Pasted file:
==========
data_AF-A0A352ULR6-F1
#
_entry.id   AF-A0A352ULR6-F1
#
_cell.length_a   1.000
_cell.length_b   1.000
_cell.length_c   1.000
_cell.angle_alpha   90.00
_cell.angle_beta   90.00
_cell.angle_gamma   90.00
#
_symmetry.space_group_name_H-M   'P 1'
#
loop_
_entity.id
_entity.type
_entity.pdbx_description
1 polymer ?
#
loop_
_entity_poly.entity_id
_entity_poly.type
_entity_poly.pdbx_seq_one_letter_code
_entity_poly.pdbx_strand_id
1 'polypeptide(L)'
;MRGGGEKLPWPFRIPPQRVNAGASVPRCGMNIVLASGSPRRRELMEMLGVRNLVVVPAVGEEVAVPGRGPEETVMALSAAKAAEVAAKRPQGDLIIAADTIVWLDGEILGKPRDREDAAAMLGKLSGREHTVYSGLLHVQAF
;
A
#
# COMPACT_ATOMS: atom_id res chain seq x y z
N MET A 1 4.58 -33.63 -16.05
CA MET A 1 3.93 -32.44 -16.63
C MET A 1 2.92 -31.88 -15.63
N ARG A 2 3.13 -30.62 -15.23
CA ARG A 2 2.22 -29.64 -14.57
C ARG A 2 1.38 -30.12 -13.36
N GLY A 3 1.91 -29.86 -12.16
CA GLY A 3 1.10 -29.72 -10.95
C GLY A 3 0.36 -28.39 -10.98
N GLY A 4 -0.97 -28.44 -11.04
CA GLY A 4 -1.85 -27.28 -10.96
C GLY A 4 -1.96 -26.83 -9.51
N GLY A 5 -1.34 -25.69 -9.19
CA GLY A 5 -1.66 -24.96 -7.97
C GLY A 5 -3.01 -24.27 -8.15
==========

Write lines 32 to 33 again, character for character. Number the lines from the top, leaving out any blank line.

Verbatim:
CA MET A 1 3.93 -32.44 -16.63
C MET A 1 2.92 -31.88 -15.63